Glycogen Storage Disease, Type IXd is a disorder characterized by exercise-induced muscle stiffness and pain as well as myoglobinuria. Affected individuals are intolerant to exercise and suffer from muscle weakness and atrophy. Biochemical studies of patients reveal elevated levels of serum creatine kinase while muscle biopsies exhibit increased subsarcolemmal vacuolar glycogen accumulation, mitochondrial paracrystalline inclusions and decreased muscle-specific phosphorylase kinase activity.
GSD9D is a rare condition with only a handful of cases reported thus far. Symptoms usually present in adolescence or adulthood and are induced by intense exercise. The disorder is relatively mild and has a good prognosis, with some patients remaining asymptomatic even till late adulthood.
Diagnosis is confirmed based on clinical findings, laboratory investigations of blood and urine, muscle biopsies and genetic testing of the PHKA1 gene. Patients may benefit from physical therapy and can work with a metabolic nutritionist to optimize blood glucose concentrations. They are also advised to refrain from vigorous exercise and certain medications that can cause rhabdomyolysis such as succinylcholine and statins.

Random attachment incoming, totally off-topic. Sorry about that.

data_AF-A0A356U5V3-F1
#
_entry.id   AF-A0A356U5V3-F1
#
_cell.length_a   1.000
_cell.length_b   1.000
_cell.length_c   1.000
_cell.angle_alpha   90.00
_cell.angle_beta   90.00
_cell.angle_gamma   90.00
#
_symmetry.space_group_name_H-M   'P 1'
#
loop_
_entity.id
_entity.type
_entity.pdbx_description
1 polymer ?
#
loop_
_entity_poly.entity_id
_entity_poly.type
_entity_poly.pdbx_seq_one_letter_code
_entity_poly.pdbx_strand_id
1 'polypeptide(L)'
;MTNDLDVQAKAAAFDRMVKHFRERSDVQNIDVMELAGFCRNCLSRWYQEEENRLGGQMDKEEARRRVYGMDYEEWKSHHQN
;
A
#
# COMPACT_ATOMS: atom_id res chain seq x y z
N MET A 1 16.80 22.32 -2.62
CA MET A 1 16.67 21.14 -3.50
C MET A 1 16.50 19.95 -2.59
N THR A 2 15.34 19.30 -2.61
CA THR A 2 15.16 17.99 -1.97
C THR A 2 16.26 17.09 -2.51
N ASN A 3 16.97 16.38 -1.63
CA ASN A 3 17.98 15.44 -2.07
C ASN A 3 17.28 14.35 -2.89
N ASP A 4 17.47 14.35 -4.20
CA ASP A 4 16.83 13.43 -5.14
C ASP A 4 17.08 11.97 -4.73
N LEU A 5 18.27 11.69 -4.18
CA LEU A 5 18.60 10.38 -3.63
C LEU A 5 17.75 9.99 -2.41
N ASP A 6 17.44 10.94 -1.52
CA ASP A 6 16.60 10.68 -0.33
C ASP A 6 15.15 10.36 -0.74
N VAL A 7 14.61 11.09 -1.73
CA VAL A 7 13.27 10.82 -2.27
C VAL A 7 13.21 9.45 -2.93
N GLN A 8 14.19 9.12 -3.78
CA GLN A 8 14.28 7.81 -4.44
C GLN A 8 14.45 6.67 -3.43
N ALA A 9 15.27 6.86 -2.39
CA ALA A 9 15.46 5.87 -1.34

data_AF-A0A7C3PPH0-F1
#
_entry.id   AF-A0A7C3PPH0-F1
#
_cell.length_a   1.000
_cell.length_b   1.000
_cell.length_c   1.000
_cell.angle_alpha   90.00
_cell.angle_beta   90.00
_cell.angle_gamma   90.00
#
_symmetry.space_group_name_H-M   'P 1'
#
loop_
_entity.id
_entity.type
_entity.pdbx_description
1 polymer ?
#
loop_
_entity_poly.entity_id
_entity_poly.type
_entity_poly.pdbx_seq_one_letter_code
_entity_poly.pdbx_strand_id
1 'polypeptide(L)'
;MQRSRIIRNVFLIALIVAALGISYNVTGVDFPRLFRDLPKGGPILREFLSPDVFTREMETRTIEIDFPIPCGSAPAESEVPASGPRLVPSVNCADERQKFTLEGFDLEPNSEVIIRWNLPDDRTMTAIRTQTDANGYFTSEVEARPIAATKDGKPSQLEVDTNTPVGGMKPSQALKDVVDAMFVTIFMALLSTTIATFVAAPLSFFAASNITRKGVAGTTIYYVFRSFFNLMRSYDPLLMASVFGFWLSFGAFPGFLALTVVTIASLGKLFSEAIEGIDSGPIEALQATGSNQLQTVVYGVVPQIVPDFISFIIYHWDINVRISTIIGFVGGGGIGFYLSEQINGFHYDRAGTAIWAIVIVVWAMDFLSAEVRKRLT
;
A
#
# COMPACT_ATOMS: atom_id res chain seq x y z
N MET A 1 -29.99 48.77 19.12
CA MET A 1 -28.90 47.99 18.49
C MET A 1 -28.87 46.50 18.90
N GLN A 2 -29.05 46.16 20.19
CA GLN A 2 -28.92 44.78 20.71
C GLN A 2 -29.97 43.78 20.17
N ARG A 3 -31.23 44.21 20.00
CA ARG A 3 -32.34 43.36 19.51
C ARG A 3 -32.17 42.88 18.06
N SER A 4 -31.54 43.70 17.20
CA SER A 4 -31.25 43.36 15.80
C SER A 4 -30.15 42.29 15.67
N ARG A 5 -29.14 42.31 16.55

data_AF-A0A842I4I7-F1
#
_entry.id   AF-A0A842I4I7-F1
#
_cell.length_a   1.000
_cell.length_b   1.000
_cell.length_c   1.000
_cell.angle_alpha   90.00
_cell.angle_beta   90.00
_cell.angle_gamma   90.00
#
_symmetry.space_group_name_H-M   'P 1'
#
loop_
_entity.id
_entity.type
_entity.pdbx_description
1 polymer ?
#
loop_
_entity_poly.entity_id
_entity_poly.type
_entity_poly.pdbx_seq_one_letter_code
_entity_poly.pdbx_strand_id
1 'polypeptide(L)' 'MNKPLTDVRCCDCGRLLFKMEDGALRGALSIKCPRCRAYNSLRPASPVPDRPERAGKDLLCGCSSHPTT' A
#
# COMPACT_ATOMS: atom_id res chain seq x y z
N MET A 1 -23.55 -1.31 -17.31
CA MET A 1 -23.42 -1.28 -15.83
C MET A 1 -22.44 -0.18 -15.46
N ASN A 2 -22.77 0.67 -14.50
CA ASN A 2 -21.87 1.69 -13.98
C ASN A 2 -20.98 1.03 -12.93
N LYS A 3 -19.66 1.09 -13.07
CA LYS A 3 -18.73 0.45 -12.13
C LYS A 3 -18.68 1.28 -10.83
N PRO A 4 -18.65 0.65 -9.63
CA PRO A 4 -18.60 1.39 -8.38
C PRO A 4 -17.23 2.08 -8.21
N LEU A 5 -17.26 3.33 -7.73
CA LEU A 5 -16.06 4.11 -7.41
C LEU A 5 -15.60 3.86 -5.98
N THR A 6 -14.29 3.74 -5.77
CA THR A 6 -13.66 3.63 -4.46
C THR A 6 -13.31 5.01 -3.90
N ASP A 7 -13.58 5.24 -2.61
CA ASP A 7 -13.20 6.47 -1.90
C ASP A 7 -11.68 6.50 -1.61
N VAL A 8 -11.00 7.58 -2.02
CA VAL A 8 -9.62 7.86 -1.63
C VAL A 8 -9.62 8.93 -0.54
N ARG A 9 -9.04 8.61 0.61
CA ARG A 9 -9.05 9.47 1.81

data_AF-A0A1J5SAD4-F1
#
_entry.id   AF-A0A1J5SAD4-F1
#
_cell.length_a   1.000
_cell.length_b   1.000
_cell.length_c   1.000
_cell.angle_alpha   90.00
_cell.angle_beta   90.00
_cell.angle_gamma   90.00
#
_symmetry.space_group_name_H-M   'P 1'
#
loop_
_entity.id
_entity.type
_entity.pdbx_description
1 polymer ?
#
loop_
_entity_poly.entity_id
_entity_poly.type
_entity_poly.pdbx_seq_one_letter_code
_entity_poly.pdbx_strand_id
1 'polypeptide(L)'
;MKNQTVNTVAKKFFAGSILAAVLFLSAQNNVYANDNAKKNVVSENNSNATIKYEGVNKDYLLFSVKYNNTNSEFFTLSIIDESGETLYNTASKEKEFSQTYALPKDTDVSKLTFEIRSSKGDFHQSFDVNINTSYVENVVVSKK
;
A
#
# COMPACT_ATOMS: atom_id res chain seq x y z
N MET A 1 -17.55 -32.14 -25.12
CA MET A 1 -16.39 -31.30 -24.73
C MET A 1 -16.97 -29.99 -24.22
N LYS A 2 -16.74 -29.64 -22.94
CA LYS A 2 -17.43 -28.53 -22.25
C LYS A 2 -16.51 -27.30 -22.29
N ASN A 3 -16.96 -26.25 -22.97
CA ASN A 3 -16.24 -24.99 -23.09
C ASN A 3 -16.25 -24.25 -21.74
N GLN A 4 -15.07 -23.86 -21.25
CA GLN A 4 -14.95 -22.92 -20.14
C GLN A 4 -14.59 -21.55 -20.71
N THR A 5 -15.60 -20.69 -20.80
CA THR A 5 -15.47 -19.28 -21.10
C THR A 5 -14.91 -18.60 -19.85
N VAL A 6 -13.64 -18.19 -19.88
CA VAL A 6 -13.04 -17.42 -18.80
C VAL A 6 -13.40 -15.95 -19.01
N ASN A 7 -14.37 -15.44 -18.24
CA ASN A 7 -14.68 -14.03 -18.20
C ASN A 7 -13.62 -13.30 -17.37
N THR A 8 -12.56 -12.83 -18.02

The disorder follows an X-linked recessive pattern of inheritance and is caused by mutations in the PHKA1 gene. This gene encodes the alpha subunit of the muscle-specific phosphorylase b kinase enzyme, which is involved in the glycogen catabolism pathway. Mutations in the PHKA1 gene create a non-functioning phosphorylase kinase enzyme and thus lead to the accumulation of glycogen in muscle cells. Around 7 PHKA1 mutations, including deletions and missense, nonsense and splice site variants, have been identified in Glycogen Storage Disease, type IXd.
Monies et al. (2017) illustrated the findings of 1000 diagnostic panels and exomes carried out at a next generation sequencing lab in Saudi Arabia. One male patient suffered from dystonic posturing of the upper limbs, spasticity of the lower limbs, failure to thrive, learning disability and leukoencephalopathy. He also reported a family history of this phenotype. Using whole exome sequencing, a homozygous mutation (c.1174C>T, p.R392X) was identified in exon 12 of the patient’s PHKA1 gene, associated with Glycogen Storage Disease, type 9D. Given the atypical presentation of the patient, this case helped in the phenotypic expansion of the disorder.
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